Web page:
Josh: I think that what people don’t understand is that, when a record gets created it’s a reflection of where the artist is in a certain place in time in their lives. When Linkin Park released Hybrid Theory there was obviously a lot of angst and a lot of anger within that band and that’s why that record’s so pissed off. But people grow, as musicians and people, and then their music becomes a reflection of that. So even if you tried to recreate the same record again, you’re never gonna get there because it’s all about the mindset that you had when you wrote and performed it on record.
MF: Yeah, you’d just be trying to manufacture a feeling that wasn’t authentic anymore.
Josh: Well yeah, exactly. And that’s why a really good example for this is Architects because they kind of found their sound three records ago, they really kind of honed in on what their sound was. But the reason All Our Gods Have Abandoned Us is such a cathartic record for them – and so powerful – is because of the headspace Tom [Searle, guitarist] was in when he wrote it, because he knew that this was gonna be his last record and that he had to leave his mark on the earth. That’s why that record is so fucking powerful. [It’s the] best example I can give of recent times.
MF: So when it comes to Northlane, casting your eyes into the future, could we ever see you guys chuck a Linkin Park? Or in other words, is anything off limits for you in the way you see yourselves evolving musically?
Marcus: Yeah, I don’t know, it’s hard to say. I guess with every record – it’s like Josh said – it’s you in that moment and a reflection of what you are going through at that time, so who knows what could happen in the next five/ten years? It could bring a lot of positivity into our lives or the opposite.
Josh: I think as well – like – we’re not the band that’s ever going to release the same record twice. We’re always trying to evolve and develop, so who knows where that’s gonna take us? I think it’s pretty open-ended.
MF: So switching gears, you guys are playing the mainstage at UK’s epic Download Festival this year, which is huge! Is this the point where you look around and say “Yep, we’ve made it”, or has that happened already?
Josh: I think it’s a constant climb.
Marcus: Yeah, for sure.
Josh: I’ll let Marcus speak for himself, but for me personally – I’m always fixated on what the next goal is, for what we’re kind of travelling towards and shooting for next. And occasionally when I’m on stage, I have these moments of reflection when I realise “Oh I’m actually really happy with where I am, I’m really at peace with myself”. They’re fleeting moments but they’re really beautiful and they happen every now and then when we play a really, really cool show. But generally we’re always looking forward, we don’t have time to sit back and put our feet up [laughs].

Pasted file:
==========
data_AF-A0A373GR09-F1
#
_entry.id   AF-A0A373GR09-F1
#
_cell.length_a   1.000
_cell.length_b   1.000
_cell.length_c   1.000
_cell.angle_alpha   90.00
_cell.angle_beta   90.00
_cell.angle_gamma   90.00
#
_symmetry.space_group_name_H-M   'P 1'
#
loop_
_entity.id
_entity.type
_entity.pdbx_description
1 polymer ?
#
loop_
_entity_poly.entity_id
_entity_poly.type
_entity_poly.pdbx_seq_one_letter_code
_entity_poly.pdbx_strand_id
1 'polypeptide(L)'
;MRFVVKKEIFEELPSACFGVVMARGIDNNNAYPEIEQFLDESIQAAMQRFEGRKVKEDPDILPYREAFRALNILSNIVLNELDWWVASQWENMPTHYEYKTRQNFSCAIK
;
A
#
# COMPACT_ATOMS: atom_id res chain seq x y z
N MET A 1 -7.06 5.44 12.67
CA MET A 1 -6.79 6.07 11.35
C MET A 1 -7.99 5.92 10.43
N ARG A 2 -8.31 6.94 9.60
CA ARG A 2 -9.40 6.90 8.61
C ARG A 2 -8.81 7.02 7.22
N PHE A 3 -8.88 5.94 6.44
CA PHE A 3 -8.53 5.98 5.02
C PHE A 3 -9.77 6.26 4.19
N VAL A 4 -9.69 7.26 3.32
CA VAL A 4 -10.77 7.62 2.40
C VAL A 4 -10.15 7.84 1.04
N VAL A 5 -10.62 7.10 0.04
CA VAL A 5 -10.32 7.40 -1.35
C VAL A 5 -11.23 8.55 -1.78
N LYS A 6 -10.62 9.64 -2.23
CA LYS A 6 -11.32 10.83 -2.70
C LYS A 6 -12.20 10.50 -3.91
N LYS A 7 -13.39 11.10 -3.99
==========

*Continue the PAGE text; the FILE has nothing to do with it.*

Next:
Marcus: For me, it’s been quite a whirlwind since I’ve joined. It has been hard to stop and kind of take it all in, but as Josh said, there are those moments where you are just on stage and you realise where you are and – you know – it can get a bit emotional, in the best way. You think “wow, I’m so lucky to be where I am and doing what we’re doing”. So yeah, having the opportunity to play mainstage at Download two years after we played our first Download ever – it’s pretty insane to see. It’s very exciting and yeah, I can’t wait.
MF: That was beautiful, you guys. So what are your thoughts on the news that Download could be coming to Australia soon? Is it safe to say if that happens, you guys will play that festival here as well?
Marcus: [laughs very cagily]
Josh: We’d love to do it if it happens, but that’s all I can really say. We haven’t been asked to do it, so I don’t even know if it exists yet. But there are rumours that it will come. I’d love to be a part of it, but I don’t know if we will. So much of it comes into what our schedule is and what the promoters wanna see on the bill and – like – it doesn’t even exist yet [laughs] so we’ll just have to wait and see.
MF: You guys have already announced the ‘Intuition’ tour for May… can we expect a bigger tour for the album to follow that?
Josh: Hmmm… I’d rather not address this at this point in time [chuckles].
MF: OK we’ll leave that up to everyone’s imagination. Also, we heard you guys might be having a crack at triple J’s Like A Version during the album cycle as well. Have you chatted about what song you might cover?
Josh: Are we?
Marcus: [Laughing] I don’t know, we have talked about it in the past, but it’s always kind of fallen through. It’d definitely be something that’d be cool to do, but we haven’t really… we’re very focused on Mesmer at the moment, we haven’t really had the chance to even think about that! It definitely would be a great experience, though.
MF: How about hypothetically, if you were to do it? Marcus I know you’ve recorded lots of awesome covers just as a solo artist…
Marcus: Ummm… when it comes to doing those things it always something very random that just pops into my head, and then I’ll just be like “OK I’m gonna do that”. And that’s just me. So I guess it’s gotta be something that’s still representative of Northlane in some way and can be translated in that way. But yeah, nothing off the top of my head that I can really think of! But you know, maybe a song’ll pop up out of nowhere and that’ll be the one? Who knows [laughs].
MF: Well I guess we’ll just have to play the waiting game. Which we won’t be doing for your new album Mesmer because it’s out right bloody now! Thanks so much for the chats guys, is there anything else you’d like to add?
Josh: Just enjoy the album! [laughs]
Well, you heard the man. Northlane’s new album ‘Mesmer’ is out now. Catch them live across Australia on their ‘Intuition’ tour this May.